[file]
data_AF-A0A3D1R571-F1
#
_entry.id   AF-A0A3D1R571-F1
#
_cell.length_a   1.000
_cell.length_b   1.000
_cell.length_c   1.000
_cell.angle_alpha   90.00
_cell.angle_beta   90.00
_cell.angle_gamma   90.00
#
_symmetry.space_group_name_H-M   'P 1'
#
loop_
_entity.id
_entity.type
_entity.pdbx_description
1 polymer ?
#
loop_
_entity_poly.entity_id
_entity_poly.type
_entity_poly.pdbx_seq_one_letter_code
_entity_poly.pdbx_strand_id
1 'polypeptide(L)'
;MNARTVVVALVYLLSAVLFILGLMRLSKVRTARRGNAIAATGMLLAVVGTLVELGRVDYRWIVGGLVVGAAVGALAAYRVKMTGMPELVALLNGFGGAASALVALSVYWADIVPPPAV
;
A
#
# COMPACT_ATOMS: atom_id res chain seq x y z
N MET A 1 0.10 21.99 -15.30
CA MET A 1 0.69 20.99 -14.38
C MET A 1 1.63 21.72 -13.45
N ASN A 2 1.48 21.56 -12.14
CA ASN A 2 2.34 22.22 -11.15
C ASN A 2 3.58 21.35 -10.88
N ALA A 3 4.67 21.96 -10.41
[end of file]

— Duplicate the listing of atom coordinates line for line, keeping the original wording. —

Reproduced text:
data_AF-A0A3D1R571-F1
#
_entry.id   AF-A0A3D1R571-F1
#
_cell.length_a   1.000
_cell.length_b   1.000
_cell.length_c   1.000
_cell.angle_alpha   90.00
_cell.angle_beta   90.00
_cell.angle_gamma   90.00
#
_symmetry.space_group_name_H-M   'P 1'
#
loop_
_entity.id
_entity.type
_entity.pdbx_description
1 polymer ?
#
loop_
_entity_poly.entity_id
_entity_poly.type
_entity_poly.pdbx_seq_one_letter_code
_entity_poly.pdbx_strand_id
1 'polypeptide(L)'
;MNARTVVVALVYLLSAVLFILGLMRLSKVRTARRGNAIAATGMLLAVVGTLVELGRVDYRWIVGGLVVGAAVGALAAYRVKMTGMPELVALLNGFGGAASALVALSVYWADIVPPPAV
;
A
#
# COMPACT_ATOMS: atom_id res chain seq x y z
N MET A 1 0.10 21.99 -15.30
CA MET A 1 0.69 20.99 -14.38
C MET A 1 1.63 21.72 -13.45
N ASN A 2 1.48 21.56 -12.14
CA ASN A 2 2.34 22.22 -11.15
C ASN A 2 3.58 21.35 -10.88
N ALA A 3 4.67 21.96 -10.41